As a self-defined political geek, I’ve always had faith in the American political system. I’ve always believed in this democracy and its limitless potential. But like many others, I’ve been disgusted with the level of partisanship that has plagued America over these past couple years. It seems that if a Republican proposes a piece of legislation, Democrats in Congress will inevitably shut it down. If President Barack Obama suggests a bill, Speaker of the House John Boehner predictably opposes every aspect of it. Elected officials have stopped trying to determine whether or not the ideas of their political opponents are valid and simply oppose them regardless of their possible potential.

In recent years, this unprecedented level of partisanship has been readily apparent. In November’s midterm election, matters appeared to grow worse when the Republicans gained control of the House, thus polarizing our political system even more. I was beginning to lose faith. I was sure that neither side would be able to accomplish anything so long as there was a Democratic president and a Republican House. Two more years of ineffective government seemed inevitable. But then, as so many times before, America united in the face of tragedy.

On the morning of Jan. 8, 2011, Congresswoman Gabrielle Giffords was shot along with 18 others in Tucson, Ariz. During the memorial service for the victims of this tragedy, Obama spoke about bipartisanship in one of his most inspirational and least politically-driven speeches thus far in his presidency. He outlined for all Americans how we can honor Representative Giffords and the other victims by working together to end partisanship.

Soon after Obama’s touching speech, members of both political parties worked together to create a new seating arrangement for the State of the Union address. Unlike the usual seating arrangement based on party affiliation, this one was randomized and had Democrats and Republicans sitting among each other. While many believe this unprecedented seating was irrelevant and unnecessary, it actually stood for something much more than a random arrangement.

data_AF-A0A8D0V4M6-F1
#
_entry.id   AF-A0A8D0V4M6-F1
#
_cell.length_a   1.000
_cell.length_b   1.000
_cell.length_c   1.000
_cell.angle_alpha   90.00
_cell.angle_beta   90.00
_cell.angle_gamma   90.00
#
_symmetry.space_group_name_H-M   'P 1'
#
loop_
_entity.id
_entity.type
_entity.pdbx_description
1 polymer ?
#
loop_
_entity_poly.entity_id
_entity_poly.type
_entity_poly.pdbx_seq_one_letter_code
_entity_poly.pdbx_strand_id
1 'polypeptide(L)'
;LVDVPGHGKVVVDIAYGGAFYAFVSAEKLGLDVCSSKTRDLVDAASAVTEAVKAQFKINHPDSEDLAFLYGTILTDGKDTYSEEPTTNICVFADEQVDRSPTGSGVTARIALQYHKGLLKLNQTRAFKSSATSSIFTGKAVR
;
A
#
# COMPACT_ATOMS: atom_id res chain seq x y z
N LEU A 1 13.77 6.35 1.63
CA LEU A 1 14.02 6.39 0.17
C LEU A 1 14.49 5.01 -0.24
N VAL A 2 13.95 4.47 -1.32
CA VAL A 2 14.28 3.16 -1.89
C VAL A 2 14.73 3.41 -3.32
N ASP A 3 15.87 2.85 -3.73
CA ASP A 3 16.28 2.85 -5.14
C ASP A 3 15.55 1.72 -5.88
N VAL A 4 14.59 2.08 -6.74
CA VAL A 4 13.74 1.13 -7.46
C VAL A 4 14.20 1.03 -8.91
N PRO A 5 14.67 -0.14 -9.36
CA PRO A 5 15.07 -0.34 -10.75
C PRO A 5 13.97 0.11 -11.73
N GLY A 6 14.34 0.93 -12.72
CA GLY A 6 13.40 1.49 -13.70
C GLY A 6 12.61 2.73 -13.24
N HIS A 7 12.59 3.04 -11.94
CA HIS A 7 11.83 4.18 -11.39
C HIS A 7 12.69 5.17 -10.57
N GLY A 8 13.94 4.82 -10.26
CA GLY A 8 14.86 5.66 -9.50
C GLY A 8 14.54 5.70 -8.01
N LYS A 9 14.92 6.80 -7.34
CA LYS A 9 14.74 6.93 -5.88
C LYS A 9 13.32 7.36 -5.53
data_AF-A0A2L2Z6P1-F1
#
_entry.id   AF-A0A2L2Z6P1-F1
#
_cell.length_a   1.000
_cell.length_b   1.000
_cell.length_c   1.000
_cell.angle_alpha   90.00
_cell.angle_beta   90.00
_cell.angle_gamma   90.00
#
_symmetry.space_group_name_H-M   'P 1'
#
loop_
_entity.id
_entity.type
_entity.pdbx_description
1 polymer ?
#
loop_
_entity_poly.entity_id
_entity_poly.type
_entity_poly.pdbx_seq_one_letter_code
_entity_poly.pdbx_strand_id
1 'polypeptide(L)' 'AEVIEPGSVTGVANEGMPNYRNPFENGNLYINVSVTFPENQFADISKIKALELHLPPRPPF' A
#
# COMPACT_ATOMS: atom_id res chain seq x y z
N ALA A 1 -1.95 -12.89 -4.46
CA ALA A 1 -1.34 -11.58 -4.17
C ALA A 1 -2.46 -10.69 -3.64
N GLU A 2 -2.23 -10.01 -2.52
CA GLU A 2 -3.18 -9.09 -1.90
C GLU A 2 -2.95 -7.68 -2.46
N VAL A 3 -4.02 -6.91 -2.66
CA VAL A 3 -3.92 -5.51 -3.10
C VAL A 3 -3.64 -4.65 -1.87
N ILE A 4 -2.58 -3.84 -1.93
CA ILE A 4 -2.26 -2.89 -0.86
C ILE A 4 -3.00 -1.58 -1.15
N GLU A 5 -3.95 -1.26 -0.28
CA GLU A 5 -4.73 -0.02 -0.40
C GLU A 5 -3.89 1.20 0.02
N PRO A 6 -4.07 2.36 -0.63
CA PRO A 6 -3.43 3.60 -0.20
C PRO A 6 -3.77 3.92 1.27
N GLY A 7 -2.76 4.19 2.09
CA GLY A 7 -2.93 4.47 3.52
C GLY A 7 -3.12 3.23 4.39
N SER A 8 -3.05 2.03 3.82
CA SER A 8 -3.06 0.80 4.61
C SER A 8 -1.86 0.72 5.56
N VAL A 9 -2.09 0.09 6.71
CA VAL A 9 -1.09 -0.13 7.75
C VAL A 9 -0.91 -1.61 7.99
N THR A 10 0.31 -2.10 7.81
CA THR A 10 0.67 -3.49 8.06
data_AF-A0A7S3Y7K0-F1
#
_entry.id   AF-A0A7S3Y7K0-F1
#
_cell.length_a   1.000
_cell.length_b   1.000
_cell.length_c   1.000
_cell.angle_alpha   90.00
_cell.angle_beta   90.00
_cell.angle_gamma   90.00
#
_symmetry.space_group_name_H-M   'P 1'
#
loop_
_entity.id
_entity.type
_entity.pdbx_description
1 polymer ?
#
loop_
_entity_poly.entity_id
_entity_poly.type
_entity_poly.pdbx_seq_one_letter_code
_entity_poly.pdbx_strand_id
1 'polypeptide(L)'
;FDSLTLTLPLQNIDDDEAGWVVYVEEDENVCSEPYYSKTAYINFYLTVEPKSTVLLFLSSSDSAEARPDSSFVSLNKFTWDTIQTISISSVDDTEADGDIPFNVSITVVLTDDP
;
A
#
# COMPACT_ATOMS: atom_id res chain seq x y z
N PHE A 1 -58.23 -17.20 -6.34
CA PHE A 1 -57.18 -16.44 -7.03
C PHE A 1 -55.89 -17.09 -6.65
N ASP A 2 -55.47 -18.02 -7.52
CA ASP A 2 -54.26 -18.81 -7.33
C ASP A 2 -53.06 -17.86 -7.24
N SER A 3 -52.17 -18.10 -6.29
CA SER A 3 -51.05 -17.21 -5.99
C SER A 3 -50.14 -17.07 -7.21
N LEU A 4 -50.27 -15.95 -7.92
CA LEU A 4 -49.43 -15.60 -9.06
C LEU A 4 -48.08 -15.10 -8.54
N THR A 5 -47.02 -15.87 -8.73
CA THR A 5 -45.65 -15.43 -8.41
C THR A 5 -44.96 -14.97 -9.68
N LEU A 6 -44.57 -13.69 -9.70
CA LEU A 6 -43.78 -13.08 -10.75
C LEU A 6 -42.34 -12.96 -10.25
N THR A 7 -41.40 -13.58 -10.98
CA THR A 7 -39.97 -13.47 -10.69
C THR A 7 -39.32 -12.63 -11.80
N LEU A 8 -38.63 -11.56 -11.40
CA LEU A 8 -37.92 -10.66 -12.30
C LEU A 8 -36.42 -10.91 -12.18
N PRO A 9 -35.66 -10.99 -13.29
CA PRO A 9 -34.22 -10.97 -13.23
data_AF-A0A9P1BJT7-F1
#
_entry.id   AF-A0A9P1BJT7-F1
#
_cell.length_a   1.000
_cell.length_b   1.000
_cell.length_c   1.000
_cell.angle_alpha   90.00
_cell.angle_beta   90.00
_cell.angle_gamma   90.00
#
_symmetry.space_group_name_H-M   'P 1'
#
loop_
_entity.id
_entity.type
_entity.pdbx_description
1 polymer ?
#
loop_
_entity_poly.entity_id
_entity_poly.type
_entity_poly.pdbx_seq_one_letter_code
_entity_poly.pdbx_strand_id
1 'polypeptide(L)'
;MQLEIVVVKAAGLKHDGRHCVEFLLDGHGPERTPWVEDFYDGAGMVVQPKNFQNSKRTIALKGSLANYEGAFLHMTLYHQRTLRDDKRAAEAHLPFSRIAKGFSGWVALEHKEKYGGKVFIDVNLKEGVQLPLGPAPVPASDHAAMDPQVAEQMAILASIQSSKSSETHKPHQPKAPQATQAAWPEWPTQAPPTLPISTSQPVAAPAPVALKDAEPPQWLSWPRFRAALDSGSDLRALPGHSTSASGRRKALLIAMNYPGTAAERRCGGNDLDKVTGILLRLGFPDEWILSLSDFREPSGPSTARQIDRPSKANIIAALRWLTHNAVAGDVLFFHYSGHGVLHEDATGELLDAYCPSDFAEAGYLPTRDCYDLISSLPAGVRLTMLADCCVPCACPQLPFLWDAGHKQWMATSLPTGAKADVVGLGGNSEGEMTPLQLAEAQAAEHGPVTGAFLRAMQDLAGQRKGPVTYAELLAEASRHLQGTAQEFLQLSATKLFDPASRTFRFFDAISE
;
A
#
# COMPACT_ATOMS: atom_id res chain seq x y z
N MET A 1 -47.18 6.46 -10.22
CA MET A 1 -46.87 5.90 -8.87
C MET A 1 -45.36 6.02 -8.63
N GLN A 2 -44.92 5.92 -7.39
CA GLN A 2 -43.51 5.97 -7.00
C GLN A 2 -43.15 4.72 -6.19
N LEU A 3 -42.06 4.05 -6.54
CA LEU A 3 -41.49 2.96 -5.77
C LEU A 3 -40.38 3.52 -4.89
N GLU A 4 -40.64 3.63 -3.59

For the first time in a couple years, Americans were able to watch their elected officials act civilly toward each other. Considering that the last State of the Union was interrupted by Congressman Joe Wilson shouting out “You lie!” at the president, it was refreshing to see Democrats and Republicans clapping and laughing together. However, as Obama made it very clear in his State of the Union speech, “What comes of this moment will be determined not by whether we can sit together tonight, but whether we can work together tomorrow.”

Unlike most State of the Union speeches, Obama focused on both parties working together in order to achieve American prosperity. Instead of commenting on politically-dividing topics, the president honed in on why and how the government can work together in order to produce the most efficient outcome for America.

So what now? Will our government officials happily work together and pass every piece of legislation that the country needs? The answer is obviously no. The president made it extremely clear in his speech that we won’t always agree on everything, and that’s fine. In fact, it’s this disagreement that allows America to be the greatest country on Earth. What we must understand is that just because we may not politically agree with each other on certain topics, we must still work together in a civil way in order to accomplish greatness. As the president appropriately said in his State of the Union address, “We will move forward together, or not at all.”

In order to secure the future of this amazing country, we must be willing to reach across the table. Only then will we together, as one people, be able to give our children a better world than the one we were given.

Patrick Maillet is an LSA freshman.

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